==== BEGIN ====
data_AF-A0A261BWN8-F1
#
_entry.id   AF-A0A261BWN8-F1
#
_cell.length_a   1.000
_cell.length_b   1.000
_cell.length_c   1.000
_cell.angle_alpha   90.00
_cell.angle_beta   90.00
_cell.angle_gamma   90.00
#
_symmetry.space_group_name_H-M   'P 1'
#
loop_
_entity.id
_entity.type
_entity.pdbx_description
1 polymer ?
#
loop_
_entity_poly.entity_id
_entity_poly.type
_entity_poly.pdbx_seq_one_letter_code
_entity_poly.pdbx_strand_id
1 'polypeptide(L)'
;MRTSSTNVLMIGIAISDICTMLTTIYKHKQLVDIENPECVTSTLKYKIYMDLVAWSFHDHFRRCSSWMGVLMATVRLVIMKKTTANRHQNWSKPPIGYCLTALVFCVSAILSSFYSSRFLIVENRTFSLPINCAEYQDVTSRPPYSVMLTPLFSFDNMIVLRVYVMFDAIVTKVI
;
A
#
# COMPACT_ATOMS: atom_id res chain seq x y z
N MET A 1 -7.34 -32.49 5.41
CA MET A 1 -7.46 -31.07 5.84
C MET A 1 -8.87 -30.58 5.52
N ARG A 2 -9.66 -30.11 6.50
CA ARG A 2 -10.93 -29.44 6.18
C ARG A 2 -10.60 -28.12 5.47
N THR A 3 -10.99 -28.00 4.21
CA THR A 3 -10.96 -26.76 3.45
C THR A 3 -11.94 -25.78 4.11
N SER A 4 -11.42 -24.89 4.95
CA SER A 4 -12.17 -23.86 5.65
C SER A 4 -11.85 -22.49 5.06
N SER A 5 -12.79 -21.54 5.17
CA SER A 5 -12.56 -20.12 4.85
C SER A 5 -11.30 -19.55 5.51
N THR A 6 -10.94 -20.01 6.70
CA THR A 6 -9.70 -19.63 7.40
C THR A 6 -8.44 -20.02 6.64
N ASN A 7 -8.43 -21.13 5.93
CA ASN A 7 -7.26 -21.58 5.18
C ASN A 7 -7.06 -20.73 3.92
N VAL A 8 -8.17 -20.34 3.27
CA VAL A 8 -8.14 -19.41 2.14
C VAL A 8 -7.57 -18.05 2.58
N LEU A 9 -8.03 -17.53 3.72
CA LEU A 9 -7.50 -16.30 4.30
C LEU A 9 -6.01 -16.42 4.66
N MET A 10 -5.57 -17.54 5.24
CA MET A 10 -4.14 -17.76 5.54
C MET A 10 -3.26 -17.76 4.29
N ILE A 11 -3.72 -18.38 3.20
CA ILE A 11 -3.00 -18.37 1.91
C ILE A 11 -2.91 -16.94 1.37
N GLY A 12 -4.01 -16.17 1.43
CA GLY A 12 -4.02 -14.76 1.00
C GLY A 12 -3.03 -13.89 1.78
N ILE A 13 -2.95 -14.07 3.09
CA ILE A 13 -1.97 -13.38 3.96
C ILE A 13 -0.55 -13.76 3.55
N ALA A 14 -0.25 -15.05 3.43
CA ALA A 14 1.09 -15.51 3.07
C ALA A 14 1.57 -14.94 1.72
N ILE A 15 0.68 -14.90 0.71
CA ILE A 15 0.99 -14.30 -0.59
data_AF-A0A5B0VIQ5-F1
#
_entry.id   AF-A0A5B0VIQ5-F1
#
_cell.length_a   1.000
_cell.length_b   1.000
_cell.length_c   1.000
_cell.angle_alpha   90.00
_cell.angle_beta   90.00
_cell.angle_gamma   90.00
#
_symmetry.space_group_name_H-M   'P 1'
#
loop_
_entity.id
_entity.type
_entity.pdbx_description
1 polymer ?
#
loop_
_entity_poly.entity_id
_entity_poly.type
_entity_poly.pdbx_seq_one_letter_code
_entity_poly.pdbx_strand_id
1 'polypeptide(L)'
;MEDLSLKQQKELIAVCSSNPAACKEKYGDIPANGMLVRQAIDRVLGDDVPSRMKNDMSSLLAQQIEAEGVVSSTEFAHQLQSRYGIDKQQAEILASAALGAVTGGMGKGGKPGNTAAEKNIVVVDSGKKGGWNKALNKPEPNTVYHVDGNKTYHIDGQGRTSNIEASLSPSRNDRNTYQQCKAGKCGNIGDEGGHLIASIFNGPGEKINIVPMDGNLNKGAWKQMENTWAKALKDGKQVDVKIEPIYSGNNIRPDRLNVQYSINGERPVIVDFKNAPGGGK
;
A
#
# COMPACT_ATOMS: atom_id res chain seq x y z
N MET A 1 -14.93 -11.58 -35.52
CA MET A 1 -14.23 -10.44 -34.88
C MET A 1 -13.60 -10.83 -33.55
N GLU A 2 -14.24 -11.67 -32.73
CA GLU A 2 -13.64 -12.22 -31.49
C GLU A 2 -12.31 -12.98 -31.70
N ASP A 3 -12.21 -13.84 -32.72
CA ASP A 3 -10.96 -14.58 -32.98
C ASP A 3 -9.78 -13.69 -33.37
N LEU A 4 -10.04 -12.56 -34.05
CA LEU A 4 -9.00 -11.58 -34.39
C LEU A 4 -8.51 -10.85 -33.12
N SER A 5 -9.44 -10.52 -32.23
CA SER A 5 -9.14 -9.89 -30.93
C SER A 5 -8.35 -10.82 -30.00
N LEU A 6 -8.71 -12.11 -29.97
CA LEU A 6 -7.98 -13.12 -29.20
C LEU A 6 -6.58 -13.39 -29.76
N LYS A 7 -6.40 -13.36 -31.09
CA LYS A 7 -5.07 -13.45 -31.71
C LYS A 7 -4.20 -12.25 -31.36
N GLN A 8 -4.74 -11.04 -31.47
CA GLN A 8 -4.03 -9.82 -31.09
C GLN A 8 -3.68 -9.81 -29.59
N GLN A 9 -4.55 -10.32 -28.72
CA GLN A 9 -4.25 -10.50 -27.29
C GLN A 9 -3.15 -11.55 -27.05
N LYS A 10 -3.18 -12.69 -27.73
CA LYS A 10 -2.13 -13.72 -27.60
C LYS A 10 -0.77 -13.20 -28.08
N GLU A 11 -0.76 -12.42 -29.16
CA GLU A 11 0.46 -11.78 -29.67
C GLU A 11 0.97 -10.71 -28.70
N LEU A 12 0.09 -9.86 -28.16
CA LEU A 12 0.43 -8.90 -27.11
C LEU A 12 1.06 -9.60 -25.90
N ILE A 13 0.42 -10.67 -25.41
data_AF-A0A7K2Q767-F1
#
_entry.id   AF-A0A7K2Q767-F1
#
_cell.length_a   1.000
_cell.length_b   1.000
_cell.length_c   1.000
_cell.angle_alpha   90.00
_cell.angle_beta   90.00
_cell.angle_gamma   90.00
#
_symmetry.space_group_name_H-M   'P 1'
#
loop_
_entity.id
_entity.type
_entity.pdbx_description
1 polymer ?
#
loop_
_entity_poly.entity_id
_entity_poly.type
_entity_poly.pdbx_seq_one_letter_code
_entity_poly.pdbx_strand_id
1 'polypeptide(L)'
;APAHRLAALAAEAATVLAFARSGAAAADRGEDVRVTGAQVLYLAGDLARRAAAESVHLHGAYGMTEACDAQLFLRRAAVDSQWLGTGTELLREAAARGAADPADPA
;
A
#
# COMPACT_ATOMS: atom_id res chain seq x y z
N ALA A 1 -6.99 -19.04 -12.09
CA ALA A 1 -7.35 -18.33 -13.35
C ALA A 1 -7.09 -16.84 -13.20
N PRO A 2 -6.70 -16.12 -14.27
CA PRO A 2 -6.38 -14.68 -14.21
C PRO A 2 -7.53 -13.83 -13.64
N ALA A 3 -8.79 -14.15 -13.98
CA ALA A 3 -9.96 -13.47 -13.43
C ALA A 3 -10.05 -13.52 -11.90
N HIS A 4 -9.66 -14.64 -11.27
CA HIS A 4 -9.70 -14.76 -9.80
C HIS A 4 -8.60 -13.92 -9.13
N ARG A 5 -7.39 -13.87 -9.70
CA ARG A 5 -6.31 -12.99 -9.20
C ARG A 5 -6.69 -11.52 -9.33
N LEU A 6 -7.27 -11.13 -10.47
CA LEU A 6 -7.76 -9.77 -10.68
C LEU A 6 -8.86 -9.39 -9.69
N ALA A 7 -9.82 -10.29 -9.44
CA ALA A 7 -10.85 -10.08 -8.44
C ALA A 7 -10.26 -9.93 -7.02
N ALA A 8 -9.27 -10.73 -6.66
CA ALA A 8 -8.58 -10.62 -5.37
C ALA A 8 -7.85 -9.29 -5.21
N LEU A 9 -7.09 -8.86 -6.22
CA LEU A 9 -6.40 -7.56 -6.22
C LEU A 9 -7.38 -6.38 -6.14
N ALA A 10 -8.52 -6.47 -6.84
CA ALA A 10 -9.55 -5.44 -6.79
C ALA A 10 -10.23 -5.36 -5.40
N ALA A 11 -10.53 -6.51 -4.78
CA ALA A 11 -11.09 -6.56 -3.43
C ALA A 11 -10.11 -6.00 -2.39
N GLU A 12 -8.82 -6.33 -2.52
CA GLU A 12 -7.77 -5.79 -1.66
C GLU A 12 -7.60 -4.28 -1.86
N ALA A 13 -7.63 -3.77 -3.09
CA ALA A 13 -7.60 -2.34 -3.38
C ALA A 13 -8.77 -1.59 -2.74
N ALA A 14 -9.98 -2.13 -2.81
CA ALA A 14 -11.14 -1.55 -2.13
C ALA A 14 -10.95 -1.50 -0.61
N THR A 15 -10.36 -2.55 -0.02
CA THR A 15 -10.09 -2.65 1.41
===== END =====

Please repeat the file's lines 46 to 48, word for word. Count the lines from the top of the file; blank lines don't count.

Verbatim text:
N THR A 6 -10.94 -20.01 6.70
CA THR A 6 -9.70 -19.63 7.40
C THR A 6 -8.44 -20.02 6.64